Guest Essayist: Daniel A. Cotter

Sent by President Millard Fillmore, Commodore Matthew C. Perry went on an expedition to Japan in 1853 to persuade, even pressure, Japan to end its policy of isolation and become open to trade and diplomacy with the United States. Japan signed a treaty with the U.S. in 1854, agreeing to trade and an American consulate. The Treaty of Kanagawa was the first by Japan with a Western nation. Among many accomplishments, Commodore Perry devised a naval apprentice system, assisted the Naval Academy, worked to develop naval officers to their fullest potentials, and helped found the New York Naval Lyceum.

Commodore Perry had a long and distinguished career in the United States Navy, with his commanding of ships in both the War of 1812 and the Mexican-American War from 1846-1848, but was also instrumental at the end of his career in opening Japan to the West.

Perry was asked to travel to Japan in 1852, when President Fillmore sent Perry on a mission to open the ports of Japan for American trade. Perry embarked on his voyage on November 24, 1852, from Norfolk, Virginia.  After making various stops along the way, including at Cape Town and Hong Kong, on July 8, 1853, Perry and his contingent arrived at Uraga.  Despite demands by the Japanese to proceed to the only port open to foreigners at Nagasaki, Perry refused. Perry warned the Japanese that if forced to fight, the Japanese would suffer immense damage and that the Americans would conquer them.

After some delays caused by the illness of Japanese shogun Tokugawa Ieyoshi and debating what was to be done with the demands of Perry, the Japanese decided to accept his offered letter. Perry was allowed to land near Uraga, at Kurihama. Perry presented his letter to the Japanese delegates, and departed for Hong Kong.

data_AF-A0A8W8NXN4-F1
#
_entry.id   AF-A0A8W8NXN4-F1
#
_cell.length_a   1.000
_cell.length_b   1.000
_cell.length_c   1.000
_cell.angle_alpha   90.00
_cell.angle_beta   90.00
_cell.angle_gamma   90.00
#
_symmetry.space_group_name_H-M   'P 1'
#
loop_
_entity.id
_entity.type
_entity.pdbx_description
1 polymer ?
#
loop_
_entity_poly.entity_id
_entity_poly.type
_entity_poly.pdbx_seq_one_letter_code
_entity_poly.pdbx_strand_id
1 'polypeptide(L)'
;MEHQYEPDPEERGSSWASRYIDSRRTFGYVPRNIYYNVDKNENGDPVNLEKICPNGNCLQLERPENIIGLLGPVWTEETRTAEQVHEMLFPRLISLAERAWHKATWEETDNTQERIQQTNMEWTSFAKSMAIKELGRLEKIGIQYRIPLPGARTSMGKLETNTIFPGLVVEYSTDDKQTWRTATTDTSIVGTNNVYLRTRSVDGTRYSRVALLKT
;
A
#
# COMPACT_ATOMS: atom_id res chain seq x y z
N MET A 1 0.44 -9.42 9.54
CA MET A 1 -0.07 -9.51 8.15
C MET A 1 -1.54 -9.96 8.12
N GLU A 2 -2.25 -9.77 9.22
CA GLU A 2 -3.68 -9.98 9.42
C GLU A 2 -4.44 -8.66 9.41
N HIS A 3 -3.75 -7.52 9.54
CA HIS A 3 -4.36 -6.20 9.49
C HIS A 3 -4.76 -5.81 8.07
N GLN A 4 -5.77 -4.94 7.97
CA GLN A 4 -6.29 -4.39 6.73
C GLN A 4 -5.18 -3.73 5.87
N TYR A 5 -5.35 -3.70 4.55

Returning approximately six months later, rather than the year he had promised, Perry landed and after negotiations, the Convention of Kanagawa was signed on March 31, 1854. Perry signed on behalf of America. Signed under threat of force, the Convention contained twelve articles, including a provision for it to be ratified within eighteen months. The treaty was written in English, Japanese, Chinese and Dutch, and the text was eventually ratified by Emperor Komei. The treaty was ratified on February 21, 1855.

Perry earned the nickname or title “Father of the Steam Navy” for his advocacy of modernizing the United States Navy and pushing for wider use of the steam engine.

Perry’s efforts to open Japan to the west for trade and diplomatic relationships after many years of isolation was an important achievement, and his ability to land and present his letter on July 14, 1853, is an important date in American history.

Among others, the treaty provided which ports would be open and contained a provision that Japan would supply the United States with any advantages that Japan might negotiate with any foreign nation in the future.

Perry returned to the United States in 1855 and Congress awarded him the sum of $20,000 for his work in Japan.

Dan Cotter is Attorney and Counselor at Howard & Howard Attorneys PLLC. He is the author of The Chief Justices, (published April 2019, Twelve Tables Press). He is also a past president of The Chicago Bar Association. The article contains his opinions and is not to be attributed to anyone else.  

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